By John Thomason
By John Thomason
By Andrea Richard
By Fire Ant
By Andrew Soria
By Dana Krangel
By Andrea Richard
By Andrea Richard
At best the revival of a classic stirs our sensibilities much like a remarkable piece of music. A chord is struck that reverberates from antiquity to the present, reuniting us with the universality of our most human emotions. At its worst a classic only manages to transport us as far back as high school, where a six-pack of Jolt Cola couldn't stave off drowsiness the night before a test on The Iliad. New Theatre's production of Electra lies somewhere between these two extremes. It accomplishes the feat of being neither melodramatic nor laborious. At times it even lights up the sky with its energetic alchemy. But it fails to electrify on a consistent basis.
Electra (Lisa Morgan), the embittered sister of Orestes (David Mann) and Chrysothemis (Tanya Bravo), has been condemned to a life of slavery. She also has sentenced herself to a life of mourning the death of her father, who was murdered by her mother, Clytemnestra (Yolandi Hughes), and her mother's lover, Aegisthus (Robert Strain). Her only hope is that Orestes will return to the city of Argos to avenge their father's death. Unbeknownst to Electra, Orestes has sent his servant (Wayne E. Robinson Jr.) to Argos to tell Clytemnestra that her son is dead. In this way Orestes can arrive unexpectedly to avenge his father's murder.
Rafael de Acha, who serves as both artistic director and director, made a smart decision by choosing Frank McGuinness' Tony-nominated script for the South Florida debut of Electra. McGuinness has extricated the antiquated and obtuse dialogue of the original translation and replaced it with a clear, well-honed text. The language is not only accessible and tuned to the contemporary ear, it retains the elegance of the original play. Electra's opening speech possesses the mellifluous lyric of a Shakespearean sonnet, minus the sing-song rhyme scheme:
"Divine light/Sweet air/Again hear/My pain.
Divine light/Sweet air/Again hear/My pain.
Have you not witnessed when morning breaks/My heart break, my heart break?"
Sophocles gave many a demanding role to women in plays such as Antigone and The Women of Trachis. His greatest character drama, however, is Electra. When the playwright Aeschylus treated this story of revenge, he was concerned primarily with the ethical issues of the blood feud. Sophocles' version dismisses the ethical question and instead addresses character: What kind of woman is Electra that she would want so desperately to murder her own mother?
Electra is the female Hamlet unbridled. Lisa Morgan's energy and rancor is boundless. From the moment she enters the stage until the end, her Electra is like a cannon that has been fired at the heed of a battle call. Filled with bitterness, grief, and rage, Electra is a trajectory of emotions that cannot be slowed by her sister's reason, her mother's wrath, or her nurse's compassion and camaraderie. Unfortunately there is little modulation in the level of intensity. Be it anguish, anger, or accusations, the emotions almost always are delivered with the same full-throttle speed and fervor. Granted de Acha and Morgan steer the character away from the most obvious and perilous pitfall -- unrestrained hysteria and melodrama -- but they also never delve into the less obvious and subtler reaches of the character's heart. Like Hamlet, Electra is trapped in her own neuroses. Unlike Hamlet, she is not hiding her grief from anyone or speaking in double-entendres. She has swallowed the bile of her own feelings and is interminably and openly bitter for it. As she tells her mother, it is against her own will that she grieves as she does: "I know what I'm doing's wrong. It goes against my nature. But you are malign; you are cruel. You force me to act against my own will." This is a missed opportunity to let other psychological nuances creep into the role of Electra.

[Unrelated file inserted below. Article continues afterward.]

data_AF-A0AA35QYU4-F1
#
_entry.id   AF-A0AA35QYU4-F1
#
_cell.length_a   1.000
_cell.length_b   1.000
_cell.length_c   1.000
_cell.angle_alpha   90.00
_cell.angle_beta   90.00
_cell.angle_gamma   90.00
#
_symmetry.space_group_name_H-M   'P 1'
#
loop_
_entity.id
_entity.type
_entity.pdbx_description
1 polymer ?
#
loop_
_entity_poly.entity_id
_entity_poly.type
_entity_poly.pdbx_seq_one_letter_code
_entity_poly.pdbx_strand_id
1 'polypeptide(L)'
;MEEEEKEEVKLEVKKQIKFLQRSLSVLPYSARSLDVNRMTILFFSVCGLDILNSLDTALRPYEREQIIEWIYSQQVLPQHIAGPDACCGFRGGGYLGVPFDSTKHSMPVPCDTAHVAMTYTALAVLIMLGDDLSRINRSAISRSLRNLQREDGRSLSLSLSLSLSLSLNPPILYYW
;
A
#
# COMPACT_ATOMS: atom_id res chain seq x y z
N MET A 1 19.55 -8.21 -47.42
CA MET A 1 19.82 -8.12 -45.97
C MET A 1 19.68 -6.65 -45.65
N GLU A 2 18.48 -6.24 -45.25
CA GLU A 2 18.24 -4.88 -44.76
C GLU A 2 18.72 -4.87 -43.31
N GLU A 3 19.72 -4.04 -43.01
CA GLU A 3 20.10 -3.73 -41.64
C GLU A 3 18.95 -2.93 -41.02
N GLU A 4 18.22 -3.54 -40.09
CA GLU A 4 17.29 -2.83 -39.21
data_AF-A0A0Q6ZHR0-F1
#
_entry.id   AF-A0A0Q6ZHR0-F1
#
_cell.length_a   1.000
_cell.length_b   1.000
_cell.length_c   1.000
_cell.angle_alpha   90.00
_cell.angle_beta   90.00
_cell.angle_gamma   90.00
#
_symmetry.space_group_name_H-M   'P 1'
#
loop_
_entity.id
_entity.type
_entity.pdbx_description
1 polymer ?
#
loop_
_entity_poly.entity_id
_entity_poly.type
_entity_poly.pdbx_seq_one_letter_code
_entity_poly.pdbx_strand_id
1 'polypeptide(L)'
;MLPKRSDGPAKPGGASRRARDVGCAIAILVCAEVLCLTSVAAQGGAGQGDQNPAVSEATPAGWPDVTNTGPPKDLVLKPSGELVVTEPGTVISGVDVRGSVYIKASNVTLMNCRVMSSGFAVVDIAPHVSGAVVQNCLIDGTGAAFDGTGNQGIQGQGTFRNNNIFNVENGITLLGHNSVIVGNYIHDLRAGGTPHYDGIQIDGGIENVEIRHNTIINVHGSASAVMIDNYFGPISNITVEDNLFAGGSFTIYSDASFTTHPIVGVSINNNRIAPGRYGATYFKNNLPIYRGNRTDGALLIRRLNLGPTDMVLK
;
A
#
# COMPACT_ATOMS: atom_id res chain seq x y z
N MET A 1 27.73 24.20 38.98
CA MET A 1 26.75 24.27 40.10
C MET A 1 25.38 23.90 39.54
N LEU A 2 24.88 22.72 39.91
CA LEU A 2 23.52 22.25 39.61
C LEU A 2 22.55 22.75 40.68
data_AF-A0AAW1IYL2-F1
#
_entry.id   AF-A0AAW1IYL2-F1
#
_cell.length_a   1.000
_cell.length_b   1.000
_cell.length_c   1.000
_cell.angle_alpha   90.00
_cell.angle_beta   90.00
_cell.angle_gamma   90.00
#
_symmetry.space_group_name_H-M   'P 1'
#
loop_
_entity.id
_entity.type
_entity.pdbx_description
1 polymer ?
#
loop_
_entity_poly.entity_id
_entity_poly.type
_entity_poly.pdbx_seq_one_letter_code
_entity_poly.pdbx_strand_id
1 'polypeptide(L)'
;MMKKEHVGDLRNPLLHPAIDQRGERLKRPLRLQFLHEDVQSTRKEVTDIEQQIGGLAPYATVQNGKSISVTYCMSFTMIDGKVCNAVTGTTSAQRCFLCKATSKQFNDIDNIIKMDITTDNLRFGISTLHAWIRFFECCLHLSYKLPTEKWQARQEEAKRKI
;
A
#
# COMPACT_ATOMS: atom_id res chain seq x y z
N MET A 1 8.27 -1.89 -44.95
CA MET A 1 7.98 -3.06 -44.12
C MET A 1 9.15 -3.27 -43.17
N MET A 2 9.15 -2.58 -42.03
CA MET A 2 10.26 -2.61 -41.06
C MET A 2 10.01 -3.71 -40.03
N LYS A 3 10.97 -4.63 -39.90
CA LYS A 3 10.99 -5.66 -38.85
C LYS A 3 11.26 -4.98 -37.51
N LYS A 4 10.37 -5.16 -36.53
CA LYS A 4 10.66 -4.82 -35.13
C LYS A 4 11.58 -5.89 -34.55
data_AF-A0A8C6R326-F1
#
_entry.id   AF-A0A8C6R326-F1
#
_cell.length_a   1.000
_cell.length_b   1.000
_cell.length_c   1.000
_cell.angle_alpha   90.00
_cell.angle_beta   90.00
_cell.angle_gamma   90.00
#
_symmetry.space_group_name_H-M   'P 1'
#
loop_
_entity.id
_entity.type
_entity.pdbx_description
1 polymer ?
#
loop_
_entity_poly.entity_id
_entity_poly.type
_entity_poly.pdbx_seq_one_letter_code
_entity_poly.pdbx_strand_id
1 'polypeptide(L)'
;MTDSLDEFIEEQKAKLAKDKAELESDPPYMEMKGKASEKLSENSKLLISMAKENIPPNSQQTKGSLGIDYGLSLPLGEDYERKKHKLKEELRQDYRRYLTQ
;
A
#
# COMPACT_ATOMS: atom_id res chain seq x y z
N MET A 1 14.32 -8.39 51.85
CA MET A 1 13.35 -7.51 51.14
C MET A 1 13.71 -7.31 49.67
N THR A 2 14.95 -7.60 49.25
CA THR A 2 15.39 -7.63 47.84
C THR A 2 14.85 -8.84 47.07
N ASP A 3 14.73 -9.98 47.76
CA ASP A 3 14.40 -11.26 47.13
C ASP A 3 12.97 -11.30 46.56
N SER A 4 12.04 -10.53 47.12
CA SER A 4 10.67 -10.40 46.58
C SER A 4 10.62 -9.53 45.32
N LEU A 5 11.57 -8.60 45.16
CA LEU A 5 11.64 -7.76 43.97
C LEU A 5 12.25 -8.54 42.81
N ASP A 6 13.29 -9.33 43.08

Yolandi Hughes is a disturbing presence as the regal and maniacal Clytemnestra, again reminding us of those disturbing scenes between Hamlet and his mother. Her moments of compassion as a mother only lend more dimension to Hughes' portrayal of a murderess. The actress' presence is so ominous in her jewels, heavy black eye makeup, and slow, deliberate speech, we believe equally her compassion and her cruelty. Kimberly Daniel as Electra's nurse takes on the role of chorus, friend, caretaker, and accomplice. Daniel covers all this emotional territory seamlessly. Being the more reasonable sister, Chrysothemis is more detached and rational than Electra. She reminds Electra that they are not men but women, and they must learn to survive as women do, behind a deceptive veneer of passivity and submissiveness. Chrysothemis is resigned not to mourn as her sister does so that she may survive within the confines of her new family. Yet at times, such as when she arrives glowing and breathless from her father's grave, having seen what she thinks is a sign of Orestes' return, we see an incredible vulnerability and youthful naiveté. Bravo also exercises a control that eventually reveals her character to be as hopelessly caught in the ethical trappings of this crime as her sister. All three supporting actresses do a splendid job of broadening the play's emotional and psychological scope.